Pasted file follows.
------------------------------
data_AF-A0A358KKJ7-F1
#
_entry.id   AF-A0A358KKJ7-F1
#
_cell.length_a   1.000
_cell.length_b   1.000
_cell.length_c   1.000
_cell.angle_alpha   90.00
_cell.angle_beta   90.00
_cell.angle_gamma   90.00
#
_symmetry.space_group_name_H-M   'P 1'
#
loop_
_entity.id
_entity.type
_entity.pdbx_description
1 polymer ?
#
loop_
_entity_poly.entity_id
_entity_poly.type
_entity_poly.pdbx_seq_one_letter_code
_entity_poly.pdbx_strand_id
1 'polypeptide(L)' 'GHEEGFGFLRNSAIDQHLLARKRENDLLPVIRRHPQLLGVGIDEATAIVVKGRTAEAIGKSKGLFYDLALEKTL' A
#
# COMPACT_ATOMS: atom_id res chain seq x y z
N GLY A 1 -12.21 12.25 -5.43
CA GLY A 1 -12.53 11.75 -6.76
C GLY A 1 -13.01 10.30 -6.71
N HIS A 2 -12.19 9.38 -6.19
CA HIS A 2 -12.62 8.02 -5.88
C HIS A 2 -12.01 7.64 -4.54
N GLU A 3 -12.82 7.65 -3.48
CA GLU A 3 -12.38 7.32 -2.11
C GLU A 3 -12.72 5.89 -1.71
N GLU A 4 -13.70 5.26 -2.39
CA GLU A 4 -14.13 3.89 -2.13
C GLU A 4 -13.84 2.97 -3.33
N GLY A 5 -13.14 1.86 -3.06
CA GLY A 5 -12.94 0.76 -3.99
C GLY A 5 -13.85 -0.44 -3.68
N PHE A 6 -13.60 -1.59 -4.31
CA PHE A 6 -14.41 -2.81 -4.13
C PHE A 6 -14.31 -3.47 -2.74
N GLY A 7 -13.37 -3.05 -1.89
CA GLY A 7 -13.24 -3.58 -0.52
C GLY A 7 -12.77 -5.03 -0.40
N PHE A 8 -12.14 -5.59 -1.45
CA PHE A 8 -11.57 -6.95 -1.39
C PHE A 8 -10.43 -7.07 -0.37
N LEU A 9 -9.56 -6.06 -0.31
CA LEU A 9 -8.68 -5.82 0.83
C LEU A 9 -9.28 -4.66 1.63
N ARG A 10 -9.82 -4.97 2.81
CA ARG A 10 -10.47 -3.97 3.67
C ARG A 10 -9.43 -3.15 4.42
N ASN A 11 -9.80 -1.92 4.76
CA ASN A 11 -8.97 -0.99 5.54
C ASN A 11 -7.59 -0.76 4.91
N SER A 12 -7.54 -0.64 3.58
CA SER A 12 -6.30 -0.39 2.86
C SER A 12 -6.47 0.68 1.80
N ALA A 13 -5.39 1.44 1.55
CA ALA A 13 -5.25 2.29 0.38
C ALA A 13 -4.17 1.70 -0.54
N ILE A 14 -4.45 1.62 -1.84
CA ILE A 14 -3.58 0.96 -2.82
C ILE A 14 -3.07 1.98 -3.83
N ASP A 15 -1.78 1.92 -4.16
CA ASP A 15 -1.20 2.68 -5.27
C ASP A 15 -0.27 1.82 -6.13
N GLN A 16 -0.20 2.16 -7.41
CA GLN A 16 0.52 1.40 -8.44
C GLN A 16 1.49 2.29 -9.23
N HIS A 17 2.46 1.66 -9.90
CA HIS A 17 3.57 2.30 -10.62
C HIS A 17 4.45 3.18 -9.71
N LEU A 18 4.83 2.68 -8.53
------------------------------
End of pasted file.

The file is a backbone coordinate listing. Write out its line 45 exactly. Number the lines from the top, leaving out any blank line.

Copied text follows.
C PHE A 6 -14.31 -3.47 -2.74